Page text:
I love my mom. And although she told me that I could not be a pastor she has sense repented and has said that I do ok.

I bring this up because we can sometimes get things wrong. Each of us look at the world around us and we make choices and decisions based on the things that we see, hear, smell, and understand. But there are always times where we proceed only to later find out that we had built our minds around something that might not be the whole truth. This is where I find myself in today’s passage. I love this section of the gospel. I love the parable of the lost sheep, and the lost coin because it is filled with hope.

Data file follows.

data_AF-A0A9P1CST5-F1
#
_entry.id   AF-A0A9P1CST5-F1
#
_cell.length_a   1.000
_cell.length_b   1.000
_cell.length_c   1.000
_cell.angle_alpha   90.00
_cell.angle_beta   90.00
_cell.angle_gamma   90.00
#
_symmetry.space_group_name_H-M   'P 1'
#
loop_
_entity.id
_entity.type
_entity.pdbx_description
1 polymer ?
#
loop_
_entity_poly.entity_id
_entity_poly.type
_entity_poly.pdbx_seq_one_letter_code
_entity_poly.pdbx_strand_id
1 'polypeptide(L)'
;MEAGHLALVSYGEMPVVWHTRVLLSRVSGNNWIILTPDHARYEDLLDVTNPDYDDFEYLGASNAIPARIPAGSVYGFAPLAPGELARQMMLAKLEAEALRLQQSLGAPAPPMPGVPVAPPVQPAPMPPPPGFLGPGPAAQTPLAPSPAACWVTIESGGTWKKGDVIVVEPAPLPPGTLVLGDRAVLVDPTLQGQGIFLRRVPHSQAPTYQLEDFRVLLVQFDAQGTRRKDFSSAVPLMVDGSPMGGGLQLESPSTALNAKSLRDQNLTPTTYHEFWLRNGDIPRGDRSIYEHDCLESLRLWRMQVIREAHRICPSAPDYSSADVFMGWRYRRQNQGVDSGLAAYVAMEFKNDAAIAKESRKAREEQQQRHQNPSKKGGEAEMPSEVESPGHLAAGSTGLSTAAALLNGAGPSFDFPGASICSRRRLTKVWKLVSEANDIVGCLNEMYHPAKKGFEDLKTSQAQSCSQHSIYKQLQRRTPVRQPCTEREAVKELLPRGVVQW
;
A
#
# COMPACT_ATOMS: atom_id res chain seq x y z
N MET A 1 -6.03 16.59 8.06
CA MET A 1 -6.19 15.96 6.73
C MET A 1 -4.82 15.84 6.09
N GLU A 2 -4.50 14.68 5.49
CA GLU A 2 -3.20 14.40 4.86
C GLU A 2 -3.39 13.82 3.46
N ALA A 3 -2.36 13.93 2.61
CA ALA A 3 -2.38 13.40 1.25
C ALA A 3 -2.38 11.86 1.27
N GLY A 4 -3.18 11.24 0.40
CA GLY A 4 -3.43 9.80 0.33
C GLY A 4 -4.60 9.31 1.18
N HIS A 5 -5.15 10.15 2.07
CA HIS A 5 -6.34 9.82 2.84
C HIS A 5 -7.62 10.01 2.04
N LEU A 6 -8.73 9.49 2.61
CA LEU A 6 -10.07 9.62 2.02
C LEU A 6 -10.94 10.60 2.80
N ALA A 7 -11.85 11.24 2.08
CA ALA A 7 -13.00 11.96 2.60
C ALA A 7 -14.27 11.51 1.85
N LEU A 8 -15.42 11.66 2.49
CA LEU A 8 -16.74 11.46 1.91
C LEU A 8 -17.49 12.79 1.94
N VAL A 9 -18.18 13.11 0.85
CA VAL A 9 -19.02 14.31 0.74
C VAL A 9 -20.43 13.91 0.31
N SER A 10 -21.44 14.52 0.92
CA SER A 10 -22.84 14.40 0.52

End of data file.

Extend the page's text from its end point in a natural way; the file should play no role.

“What man of you, having a hundred sheep, if he has lost one of them, does not leave the ninety-nine in the open country, and go after the one that is lost, until he finds it?”

I must confess that I have not fully understood this parable. I have read it, even spoke from this text multiple times, and yet the more I study the more I realize that I have often been wrong. I look at the shepherd in the story and I know that it is God that is pursuing the lost sheep and bringing it back into the fold. I have built my life on this understand of this passage, because I have been that lost sheep. And God did find me, and God did bring me back. But there is more to this story than just God going out to find the lost sheep.

We often forget why Jesus is telling this story in the first place. “Now the tax collectors and sinners were all drawing near to him. And the Pharisees and the scribes grumbled, saying ‘This man receives sinners and eats with them.’” Why are the religious leaders so upset with Jesus talking to sinners and tax collectors?